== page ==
The extension in lifespan achieved by eating fewer calories depends on activation of sirtuins, a family of NAD-dependent protein deacetylases that control the expression of key metabolic pathway genes. But the sirtuins may regulate metabolism in a more direct manner as well, according to a report in the June 21 PNAS online. John Denu and colleagues at the University of Wisconsin Medical School in Madison show that two mammalian sirtuins, SIRT1 and SIRT3, directly deacetylate and activate the metabolic enzyme Acetyl-CoA synthetase. The significance to aging is unclear as yet, but the results show that the regulation of energy pathways by sirtuins occurs at multiple levels.
The finding is of interest to those studying diseases of aging and may be of particular interest to those studying Alzheimer disease (AD) given that calorie restriction (CR) reduces Aβ production and amyloid pathology in mice (Wang et al., 2005; Patel et al., 2005). Coincidentally, another recent report from Giulio Pasinetti’s laboratory at the Mt. Sinai School of Medicine, New York, shows that neuronal SIRT1 has a hand in that process, too, by enhancing the non-amyloidogenic α-secretase cleavage of the amyloid precursor protein. In other aging news, Korean researchers report that a kinase inhibitor, CGK733, may delay cellular senescence.
First, the acetate story. The enzyme AcetylCoA synthetase (AceCS) metabolically activates acetate by conjugating it to CoA, after which the AcetylCoA (AcCoA) can be used as an acetyl donor or building block for fatty acids, or burned for energy in mitochondria. Starting from the observation that sirtuin deacetylates and regulates an AceCS in bacteria, authors William Hallows, Susan Lee and Denu wondered whether mammalian AceCSs might do the same. They showed that mouse cytosolic AcetylCoA synthetase, AceCS1, became acetylated on a catalytic residue in cultured cells, and that expression of SIRT1 in cells dramatically reduced the amount of the acetylated protein. Of all the mammalian sirtuins, 2-7, only SIRT1 (the sirtuin associated with life extension by CR) caused the deacetylation of AceCS1 in cells.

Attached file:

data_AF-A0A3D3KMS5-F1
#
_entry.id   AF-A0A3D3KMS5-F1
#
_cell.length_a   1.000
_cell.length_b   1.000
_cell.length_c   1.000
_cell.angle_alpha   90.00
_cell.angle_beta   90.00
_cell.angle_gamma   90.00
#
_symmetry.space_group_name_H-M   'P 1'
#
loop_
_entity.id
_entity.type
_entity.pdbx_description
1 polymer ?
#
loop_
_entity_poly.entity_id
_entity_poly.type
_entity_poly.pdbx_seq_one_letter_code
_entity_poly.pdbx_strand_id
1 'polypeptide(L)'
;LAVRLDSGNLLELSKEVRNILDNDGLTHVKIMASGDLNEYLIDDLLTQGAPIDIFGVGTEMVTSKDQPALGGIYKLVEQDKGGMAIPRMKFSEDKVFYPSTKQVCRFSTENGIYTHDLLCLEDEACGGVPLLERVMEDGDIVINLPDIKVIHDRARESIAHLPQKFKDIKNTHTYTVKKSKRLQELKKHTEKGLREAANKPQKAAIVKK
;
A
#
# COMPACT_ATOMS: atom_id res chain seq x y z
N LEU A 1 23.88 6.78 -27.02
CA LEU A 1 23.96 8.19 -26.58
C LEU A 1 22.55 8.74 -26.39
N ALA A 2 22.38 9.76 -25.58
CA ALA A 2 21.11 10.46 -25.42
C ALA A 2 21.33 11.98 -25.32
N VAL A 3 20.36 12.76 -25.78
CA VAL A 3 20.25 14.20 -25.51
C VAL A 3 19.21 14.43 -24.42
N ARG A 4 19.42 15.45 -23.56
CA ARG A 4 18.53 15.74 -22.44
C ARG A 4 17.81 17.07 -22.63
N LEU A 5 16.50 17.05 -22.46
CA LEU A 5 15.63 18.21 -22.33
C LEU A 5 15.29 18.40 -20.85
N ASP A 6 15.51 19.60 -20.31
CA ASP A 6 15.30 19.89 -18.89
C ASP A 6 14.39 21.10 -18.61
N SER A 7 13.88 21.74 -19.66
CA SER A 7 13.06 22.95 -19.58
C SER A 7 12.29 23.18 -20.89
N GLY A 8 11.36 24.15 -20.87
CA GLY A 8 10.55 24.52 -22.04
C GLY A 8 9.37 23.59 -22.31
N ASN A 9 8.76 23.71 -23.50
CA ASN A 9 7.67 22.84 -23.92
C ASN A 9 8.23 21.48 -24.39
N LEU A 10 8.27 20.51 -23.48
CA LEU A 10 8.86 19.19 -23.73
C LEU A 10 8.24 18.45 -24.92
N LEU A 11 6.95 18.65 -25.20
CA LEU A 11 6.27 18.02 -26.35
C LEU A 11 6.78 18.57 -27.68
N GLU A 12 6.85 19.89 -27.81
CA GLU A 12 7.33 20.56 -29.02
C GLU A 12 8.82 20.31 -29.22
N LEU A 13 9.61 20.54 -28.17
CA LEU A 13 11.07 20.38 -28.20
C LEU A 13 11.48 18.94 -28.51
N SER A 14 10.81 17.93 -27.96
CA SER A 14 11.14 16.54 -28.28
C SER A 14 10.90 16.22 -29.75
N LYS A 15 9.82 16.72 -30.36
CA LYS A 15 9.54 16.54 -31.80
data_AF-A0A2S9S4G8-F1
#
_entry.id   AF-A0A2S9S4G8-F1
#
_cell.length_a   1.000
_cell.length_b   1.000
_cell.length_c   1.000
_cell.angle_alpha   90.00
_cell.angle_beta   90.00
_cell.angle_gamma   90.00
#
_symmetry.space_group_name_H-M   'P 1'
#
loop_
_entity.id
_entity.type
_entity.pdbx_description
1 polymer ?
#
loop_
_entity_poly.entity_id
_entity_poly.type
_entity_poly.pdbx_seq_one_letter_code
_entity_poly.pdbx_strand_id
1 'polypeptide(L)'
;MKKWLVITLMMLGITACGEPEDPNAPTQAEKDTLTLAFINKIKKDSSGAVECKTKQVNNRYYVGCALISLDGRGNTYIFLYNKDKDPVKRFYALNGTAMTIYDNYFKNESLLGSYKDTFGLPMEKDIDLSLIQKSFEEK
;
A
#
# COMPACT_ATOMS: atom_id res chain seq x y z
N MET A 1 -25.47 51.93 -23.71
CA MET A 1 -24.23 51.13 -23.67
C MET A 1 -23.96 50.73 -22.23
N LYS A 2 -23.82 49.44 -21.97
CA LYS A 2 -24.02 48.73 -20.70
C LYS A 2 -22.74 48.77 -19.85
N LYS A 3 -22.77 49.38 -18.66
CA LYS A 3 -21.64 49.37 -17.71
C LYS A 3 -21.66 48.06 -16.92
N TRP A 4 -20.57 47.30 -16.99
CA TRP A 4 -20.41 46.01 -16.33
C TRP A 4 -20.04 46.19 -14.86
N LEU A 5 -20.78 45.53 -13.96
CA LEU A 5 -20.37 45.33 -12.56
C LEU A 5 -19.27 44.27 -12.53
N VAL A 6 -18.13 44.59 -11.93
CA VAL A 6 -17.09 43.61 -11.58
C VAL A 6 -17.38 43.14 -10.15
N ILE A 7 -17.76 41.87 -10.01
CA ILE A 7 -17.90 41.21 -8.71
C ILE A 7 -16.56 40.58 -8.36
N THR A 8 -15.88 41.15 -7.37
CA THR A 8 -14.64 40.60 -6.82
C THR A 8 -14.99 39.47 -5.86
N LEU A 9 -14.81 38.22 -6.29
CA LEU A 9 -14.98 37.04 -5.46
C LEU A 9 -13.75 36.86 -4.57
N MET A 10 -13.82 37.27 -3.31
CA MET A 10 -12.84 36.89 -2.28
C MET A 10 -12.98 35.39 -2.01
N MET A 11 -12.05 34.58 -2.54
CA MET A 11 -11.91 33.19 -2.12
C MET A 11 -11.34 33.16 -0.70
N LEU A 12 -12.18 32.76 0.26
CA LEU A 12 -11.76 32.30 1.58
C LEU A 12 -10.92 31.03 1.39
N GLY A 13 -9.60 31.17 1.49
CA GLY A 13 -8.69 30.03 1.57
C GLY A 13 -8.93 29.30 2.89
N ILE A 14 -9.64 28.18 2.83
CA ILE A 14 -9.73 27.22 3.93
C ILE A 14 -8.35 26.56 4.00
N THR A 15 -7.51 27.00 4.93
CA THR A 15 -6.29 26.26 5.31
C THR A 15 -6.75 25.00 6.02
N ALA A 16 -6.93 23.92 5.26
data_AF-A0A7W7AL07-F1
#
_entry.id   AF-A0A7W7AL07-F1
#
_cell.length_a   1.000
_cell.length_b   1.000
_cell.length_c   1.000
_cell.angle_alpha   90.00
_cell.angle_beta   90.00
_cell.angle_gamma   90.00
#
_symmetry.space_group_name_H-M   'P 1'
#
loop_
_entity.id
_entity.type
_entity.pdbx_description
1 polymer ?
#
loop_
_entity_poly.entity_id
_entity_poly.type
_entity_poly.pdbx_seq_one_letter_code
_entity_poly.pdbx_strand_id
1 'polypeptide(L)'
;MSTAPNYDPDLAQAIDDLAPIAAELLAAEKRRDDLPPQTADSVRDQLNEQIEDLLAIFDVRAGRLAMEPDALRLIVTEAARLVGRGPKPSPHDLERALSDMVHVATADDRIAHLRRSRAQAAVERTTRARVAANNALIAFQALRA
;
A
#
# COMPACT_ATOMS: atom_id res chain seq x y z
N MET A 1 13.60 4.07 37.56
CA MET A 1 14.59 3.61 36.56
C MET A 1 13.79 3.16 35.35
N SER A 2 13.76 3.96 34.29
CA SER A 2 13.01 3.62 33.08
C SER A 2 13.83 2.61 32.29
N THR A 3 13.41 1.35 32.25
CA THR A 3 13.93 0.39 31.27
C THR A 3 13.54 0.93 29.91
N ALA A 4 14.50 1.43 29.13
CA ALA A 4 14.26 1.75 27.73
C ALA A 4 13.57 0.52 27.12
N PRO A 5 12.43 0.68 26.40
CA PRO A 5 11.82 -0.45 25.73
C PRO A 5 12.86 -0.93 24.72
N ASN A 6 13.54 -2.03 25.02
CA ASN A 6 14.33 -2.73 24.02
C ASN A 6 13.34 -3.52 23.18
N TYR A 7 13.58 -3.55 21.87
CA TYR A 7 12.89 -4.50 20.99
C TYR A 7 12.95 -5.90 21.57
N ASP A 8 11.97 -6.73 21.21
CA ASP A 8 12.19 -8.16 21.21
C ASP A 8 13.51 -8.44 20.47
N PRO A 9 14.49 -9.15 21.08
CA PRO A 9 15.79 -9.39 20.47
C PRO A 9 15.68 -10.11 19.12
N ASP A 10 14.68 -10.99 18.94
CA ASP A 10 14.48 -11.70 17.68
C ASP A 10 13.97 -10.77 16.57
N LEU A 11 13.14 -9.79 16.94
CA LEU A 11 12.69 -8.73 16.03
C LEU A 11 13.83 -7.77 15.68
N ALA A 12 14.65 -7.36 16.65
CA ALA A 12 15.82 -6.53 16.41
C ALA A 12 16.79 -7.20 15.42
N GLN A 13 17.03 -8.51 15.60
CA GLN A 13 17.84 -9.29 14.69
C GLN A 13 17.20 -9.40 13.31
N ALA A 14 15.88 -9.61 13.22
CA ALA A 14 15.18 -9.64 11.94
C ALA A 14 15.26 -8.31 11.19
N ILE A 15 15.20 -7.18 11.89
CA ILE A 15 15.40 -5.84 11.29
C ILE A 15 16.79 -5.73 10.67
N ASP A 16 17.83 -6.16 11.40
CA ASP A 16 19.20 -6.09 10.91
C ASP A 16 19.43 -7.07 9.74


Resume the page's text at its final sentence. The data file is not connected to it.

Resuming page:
Sirtuin-catalyzed deacetylation activated AceCS1 in the test tube, and also when expressed in cells. Acetylated recombinant AceCS1 was inactive, but incubation with SIRT1 rendered it fully active. In cells, overexpression of AceCS1 led to a 60 percent increase in the incorporation of acetate into fatty acids. Coexpression with SIRT1, but not SIRT2, led to an additional increase, more than doubling the rate of fatty acid synthesis compared to vector alone.
In vitro assays with purified recombinant sirtuins revealed that SIRT3, which did not deacetylate AceCS1 in cells, was as potent at activating the enzyme as SIRT1. In cells, SIRT3 is located in mitochondria, while both AceCS1 and SIRT1 are cytosolic. Mammals do have a mitochondrial AcetylCoA synthetase, AceCS2, and the researchers showed that SIRT3 deacetylates AceCS2 in vitro, raising the possibility that SIRT3/AceCS2 could be the mitochondrial counterpart to the SIRT1/AceCS1 pair.
Both SIRT1 and SIRT3 have been implicated in regulating lifespan—SIRT1 is required for life extension by calorie restriction in animal models, while SIRT3 gene variants have been linked to long life in the elderly (Rose et al., 2003; Bellizzi et al., 2005). Though acetate metabolism is impaired in older people (Skutches et al., 1979), its role in aging and the significance of sirtuin regulation remain to be seen.
It is clear that at the same time a semi-starvation regimen is staving off death, it delays aging and the onset of aging-related diseases. The reduction of Aβ production and accumulation in mice as a result of calorie restriction is mediated by SIRT1 in neurons, according to Pasinetti and colleagues’ new study. In press in the Journal of Biological Chemistry since June 2, their paper shows that SIRT1 decreases Aβ generation and increases non-amyloidogenic amyloid precursor protein processing by α-secretase. SIRT1 acts by inhibiting ROCK1 kinase expression, a condition that has been previously shown to increase α-secretase (see ARF related news story). The results further support the idea that sirtuin activators, like the red wine ingredient resveratrol, might be useful for slowing the accumulation of Aβ (Chen et al., 2005; Marambaud et al., 2005; ARF related news story).
Finally, Korean researchers are reporting a new way around the aging that occurs at the cellular level—replicative senescence. In an online publication in Nature Chemical Biology, Tae Kook Kim and colleagues at the Korea Advanced Institute of Science and Technology in Daejeon describe a high-throughput, cell-based screen for compounds that reverse cell senescence. For a model, they induced senescence by expression of a dominant negative form of telomeric repeat factor-2 (TRF2) protein, a protein essential for telomere formation.
The screen turned up a small molecule that could reversibly kick-start replication of normal senescent cells. Using a novel magnetic nanoprobe capture technology, the investigators identified the target of the compound (a kinase inhibitor) as the ataxia telangiectasia mutated (ATM) protein, and to a lesser extent ATM- and Rad3-related protein (ATR), both checkpoint proteins that regulate p53 and cell replication in response to DNA damage. The compound was selective for ATM and ATR kinase activities—it did not inhibit the related PI3K, or downstream pathways like AKT activation.
Loss of ATM function in humans results in ataxia telangiectasia, where cells show accelerated senescence, yet treatment with CGK733 had the opposite effect of delaying senescence. The authors suggest that the compound may “fine-tune” the elevated kinase activity of ATM in senescent cells so that it is below the threshold for inducing senescence but still adequate for the other functions including telomere maintenance, control of ROS and DNA damage, and DNA replication.—Pat McCaffrey